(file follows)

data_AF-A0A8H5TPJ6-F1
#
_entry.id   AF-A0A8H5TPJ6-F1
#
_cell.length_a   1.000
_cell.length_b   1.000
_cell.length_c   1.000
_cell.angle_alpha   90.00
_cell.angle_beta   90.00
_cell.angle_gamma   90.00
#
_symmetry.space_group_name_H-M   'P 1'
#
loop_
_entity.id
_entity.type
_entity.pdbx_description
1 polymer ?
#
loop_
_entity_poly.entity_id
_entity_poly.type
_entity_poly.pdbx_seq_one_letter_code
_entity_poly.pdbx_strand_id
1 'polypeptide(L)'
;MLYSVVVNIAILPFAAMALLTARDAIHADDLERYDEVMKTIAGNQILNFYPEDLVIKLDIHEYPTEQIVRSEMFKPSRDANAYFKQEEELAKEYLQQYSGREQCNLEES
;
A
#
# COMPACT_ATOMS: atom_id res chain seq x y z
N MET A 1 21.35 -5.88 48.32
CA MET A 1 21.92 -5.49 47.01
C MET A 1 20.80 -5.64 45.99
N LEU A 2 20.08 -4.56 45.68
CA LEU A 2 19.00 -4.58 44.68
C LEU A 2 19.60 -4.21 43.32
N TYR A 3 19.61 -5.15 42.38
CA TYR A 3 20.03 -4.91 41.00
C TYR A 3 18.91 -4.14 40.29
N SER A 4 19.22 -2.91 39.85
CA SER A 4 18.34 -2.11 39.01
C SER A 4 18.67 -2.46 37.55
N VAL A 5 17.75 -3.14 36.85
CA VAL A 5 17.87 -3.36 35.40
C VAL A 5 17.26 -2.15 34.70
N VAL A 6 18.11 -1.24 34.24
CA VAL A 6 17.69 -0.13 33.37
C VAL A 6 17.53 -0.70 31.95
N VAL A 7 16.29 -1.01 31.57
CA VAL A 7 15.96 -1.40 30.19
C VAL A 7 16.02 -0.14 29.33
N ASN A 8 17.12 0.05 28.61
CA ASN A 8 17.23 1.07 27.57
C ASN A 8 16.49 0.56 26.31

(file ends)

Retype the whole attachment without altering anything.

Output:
data_AF-A0A8H5TPJ6-F1
#
_entry.id   AF-A0A8H5TPJ6-F1
#
_cell.length_a   1.000
_cell.length_b   1.000
_cell.length_c   1.000
_cell.angle_alpha   90.00
_cell.angle_beta   90.00
_cell.angle_gamma   90.00
#
_symmetry.space_group_name_H-M   'P 1'
#
loop_
_entity.id
_entity.type
_entity.pdbx_description
1 polymer ?
#
loop_
_entity_poly.entity_id
_entity_poly.type
_entity_poly.pdbx_seq_one_letter_code
_entity_poly.pdbx_strand_id
1 'polypeptide(L)'
;MLYSVVVNIAILPFAAMALLTARDAIHADDLERYDEVMKTIAGNQILNFYPEDLVIKLDIHEYPTEQIVRSEMFKPSRDANAYFKQEEELAKEYLQQYSGREQCNLEES
;
A
#
# COMPACT_ATOMS: atom_id res chain seq x y z
N MET A 1 21.35 -5.88 48.32
CA MET A 1 21.92 -5.49 47.01
C MET A 1 20.80 -5.64 45.99
N LEU A 2 20.08 -4.56 45.68
CA LEU A 2 19.00 -4.58 44.68
C LEU A 2 19.60 -4.21 43.32
N TYR A 3 19.61 -5.15 42.38
CA TYR A 3 20.03 -4.91 41.00
C TYR A 3 18.91 -4.14 40.29
N SER A 4 19.22 -2.91 39.85
CA SER A 4 18.34 -2.11 39.01
C SER A 4 18.67 -2.46 37.55
N VAL A 5 17.75 -3.14 36.85
CA VAL A 5 17.87 -3.36 35.40
C VAL A 5 17.26 -2.15 34.70
N VAL A 6 18.11 -1.24 34.24
CA VAL A 6 17.69 -0.13 33.37
C VAL A 6 17.53 -0.70 31.95
N VAL A 7 16.29 -1.01 31.57
CA VAL A 7 15.96 -1.40 30.19
C VAL A 7 16.02 -0.14 29.33
N ASN A 8 17.12 0.05 28.61
CA ASN A 8 17.23 1.07 27.57
C ASN A 8 16.49 0.56 26.31